Physicians now recognize the fact
that the fly is a more common and
more certain vehicle for typhoid
fever than either water, milk or
food. Aside from its crimes against
health laws, the fly is a violator of
all laws of decency and cleanliness.
Its unspeakable, loathsome filth is
alone sufficient to make its destruc
tion an imp?.ative, uni\ et sal necessi
The best way to abate the fly
nuisance is to prevent the breeding
of flies rather than to attempt the
destruction of the full grown insects.
The female house fly lays her 120
eggs in horse manure preferably,
but any filth will do if it be warm
and moist. The possible alternatives
arc the excrement of human beings
and of animals, decaying vegetable
and animal matter, collections'of
trash and garbage. The larvae or
maggots emerge from the eggs in
eight hours. In five days they are
transformed into thc pupa. In five
days more the adult insect leaves
the breeding place. About twenty
broods are possible in a si..gie warm
season iii the latitude of South Caro
lina. The time of breeding may be
prolonged by cold weather.
A great many flies are killed by
winter cold, but a great many hi
bernate during the winter in out
houses and in dwellings, in dark,
warm corners, in folds of clothing,
etc. With the first warm days of
spring these lay their eggs. A ten
day period of warmth and sunshine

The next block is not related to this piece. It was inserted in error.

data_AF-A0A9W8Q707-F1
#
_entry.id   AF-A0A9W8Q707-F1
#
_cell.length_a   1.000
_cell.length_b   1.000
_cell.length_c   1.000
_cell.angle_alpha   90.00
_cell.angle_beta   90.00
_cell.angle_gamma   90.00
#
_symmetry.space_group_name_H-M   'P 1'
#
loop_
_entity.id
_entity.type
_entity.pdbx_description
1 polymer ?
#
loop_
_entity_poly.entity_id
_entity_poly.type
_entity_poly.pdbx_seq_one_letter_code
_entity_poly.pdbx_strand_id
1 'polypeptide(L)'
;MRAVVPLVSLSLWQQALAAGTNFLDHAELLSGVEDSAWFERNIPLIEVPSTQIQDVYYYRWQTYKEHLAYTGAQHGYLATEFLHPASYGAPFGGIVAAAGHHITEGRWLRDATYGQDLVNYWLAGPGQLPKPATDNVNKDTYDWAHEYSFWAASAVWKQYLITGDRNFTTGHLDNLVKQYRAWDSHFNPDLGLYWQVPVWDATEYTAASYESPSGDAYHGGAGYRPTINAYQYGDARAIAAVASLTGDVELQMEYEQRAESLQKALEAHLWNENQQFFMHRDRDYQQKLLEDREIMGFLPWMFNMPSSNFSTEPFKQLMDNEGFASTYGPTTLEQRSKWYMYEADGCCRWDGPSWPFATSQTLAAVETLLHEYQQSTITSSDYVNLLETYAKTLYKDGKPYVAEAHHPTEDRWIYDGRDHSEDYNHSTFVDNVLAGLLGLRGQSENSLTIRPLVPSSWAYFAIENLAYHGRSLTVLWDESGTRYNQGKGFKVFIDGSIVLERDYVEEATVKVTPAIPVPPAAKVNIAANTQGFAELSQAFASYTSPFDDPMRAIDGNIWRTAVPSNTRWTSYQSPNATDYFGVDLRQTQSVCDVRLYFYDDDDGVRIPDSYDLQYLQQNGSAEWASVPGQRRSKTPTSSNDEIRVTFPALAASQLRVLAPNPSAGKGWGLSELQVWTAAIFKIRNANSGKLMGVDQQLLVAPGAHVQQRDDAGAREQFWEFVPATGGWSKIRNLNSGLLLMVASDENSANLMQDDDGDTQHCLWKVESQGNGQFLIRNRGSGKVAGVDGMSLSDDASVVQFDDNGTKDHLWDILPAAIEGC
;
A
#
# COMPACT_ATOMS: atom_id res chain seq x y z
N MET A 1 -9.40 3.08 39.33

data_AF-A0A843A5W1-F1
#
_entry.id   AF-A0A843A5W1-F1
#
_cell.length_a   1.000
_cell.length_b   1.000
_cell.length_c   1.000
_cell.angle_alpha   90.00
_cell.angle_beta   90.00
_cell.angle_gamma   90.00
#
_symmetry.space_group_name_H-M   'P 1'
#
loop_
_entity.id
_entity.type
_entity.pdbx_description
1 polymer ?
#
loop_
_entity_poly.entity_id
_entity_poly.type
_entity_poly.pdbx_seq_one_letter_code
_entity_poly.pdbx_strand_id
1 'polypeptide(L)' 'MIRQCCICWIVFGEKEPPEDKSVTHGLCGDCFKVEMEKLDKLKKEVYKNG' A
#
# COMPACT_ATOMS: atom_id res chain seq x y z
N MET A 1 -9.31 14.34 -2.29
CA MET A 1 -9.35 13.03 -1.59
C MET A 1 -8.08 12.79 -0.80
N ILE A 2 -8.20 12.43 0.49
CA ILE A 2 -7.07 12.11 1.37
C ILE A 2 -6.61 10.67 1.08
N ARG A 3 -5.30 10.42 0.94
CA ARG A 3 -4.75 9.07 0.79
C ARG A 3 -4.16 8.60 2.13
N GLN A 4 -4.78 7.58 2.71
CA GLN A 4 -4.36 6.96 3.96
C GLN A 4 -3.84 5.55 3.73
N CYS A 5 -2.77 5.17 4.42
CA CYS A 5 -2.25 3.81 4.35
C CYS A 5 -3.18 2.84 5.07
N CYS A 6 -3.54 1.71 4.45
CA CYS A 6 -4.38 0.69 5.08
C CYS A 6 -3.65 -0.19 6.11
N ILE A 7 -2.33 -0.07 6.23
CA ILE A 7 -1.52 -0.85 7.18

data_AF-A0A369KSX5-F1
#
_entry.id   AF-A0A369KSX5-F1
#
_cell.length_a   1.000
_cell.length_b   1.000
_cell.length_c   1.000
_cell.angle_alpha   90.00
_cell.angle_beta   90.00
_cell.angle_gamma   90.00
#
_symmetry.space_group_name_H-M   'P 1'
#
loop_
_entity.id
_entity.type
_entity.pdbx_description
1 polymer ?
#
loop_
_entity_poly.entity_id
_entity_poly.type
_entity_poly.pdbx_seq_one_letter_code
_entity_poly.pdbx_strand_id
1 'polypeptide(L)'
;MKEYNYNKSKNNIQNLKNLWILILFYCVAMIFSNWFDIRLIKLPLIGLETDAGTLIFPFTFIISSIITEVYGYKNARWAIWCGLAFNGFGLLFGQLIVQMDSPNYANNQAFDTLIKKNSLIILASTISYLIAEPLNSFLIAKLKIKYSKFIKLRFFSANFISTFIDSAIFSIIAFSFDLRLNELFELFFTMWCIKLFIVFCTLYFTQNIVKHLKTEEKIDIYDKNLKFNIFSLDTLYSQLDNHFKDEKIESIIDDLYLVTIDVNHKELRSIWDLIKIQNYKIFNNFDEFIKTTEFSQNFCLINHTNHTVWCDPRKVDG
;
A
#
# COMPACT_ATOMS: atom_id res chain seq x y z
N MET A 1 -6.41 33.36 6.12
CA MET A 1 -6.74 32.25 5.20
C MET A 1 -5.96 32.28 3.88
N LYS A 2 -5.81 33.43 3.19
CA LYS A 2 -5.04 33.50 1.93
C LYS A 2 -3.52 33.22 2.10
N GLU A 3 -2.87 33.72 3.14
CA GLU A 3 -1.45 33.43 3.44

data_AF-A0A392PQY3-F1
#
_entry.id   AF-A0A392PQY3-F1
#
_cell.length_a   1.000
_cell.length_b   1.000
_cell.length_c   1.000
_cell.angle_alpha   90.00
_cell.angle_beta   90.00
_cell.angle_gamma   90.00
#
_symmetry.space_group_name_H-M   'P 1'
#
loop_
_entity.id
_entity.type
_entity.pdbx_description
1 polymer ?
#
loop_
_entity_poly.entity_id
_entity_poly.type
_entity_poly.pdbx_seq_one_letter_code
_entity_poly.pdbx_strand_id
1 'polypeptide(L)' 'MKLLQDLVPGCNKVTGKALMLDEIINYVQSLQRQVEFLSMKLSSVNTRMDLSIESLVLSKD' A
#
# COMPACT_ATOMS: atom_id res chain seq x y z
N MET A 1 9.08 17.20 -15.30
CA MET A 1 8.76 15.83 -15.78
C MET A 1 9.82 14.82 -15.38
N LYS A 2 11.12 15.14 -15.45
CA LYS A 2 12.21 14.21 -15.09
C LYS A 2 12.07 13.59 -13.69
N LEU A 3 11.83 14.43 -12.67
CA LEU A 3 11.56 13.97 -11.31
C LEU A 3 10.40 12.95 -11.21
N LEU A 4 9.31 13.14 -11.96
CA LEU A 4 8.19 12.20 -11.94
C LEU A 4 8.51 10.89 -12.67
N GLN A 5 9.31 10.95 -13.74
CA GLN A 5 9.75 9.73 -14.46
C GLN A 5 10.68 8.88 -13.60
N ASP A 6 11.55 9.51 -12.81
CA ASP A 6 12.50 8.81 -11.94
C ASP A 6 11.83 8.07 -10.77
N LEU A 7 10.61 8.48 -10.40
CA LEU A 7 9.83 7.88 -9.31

hatches out this firsi: brood, and we
have these sudden swarms of flies
which are so familiar and so annoy
ing after the first warm spell of
March or April.
Keep always in mind, therefore,
that flies and filth belong together.
Filth is necessary for the propaga
tion and breeding of the fly. In the
absence of filth there will be no
CLEORA SCHOOL CLOSED.
Acreage of Corn Increased.
School Doing Thorough
Work. Four Aged Vet
erans Well Again.
Cotton planting is about finished
and corn is being planted. That
which was planted early has come
up to good stand. More corn is being
planted this year with better prepa
ration, and more fertilizing than
ever has been before in this com
Grain crop is small on account
of lack of rain. Nearly every one
has a patch of wheat sown.
The Brunson school taught by
Miss Nellie Hill and Miss Carrie
Collins closed on the 21st of April.
When it comes to thorough work,
we don't believe there is a better
school in the county. When the
special tax which was voted last
fall becomes available next term, we
hope to run eight months instead of
six as now.
Mrs. Susan Brunson, Capt. J. C.
Williams, Mr. Gip Seigler and Mr.
George Broadwater, four of about
the oldest people in this neighbor
hood have been sick, but are better
Mr. Joe Brunson of Aiken, is to
spend this week visiting his broth
ers, and fishing on Turkey Creek,
Capacity of Edgefield Mill's
Ginnery to be Doubled.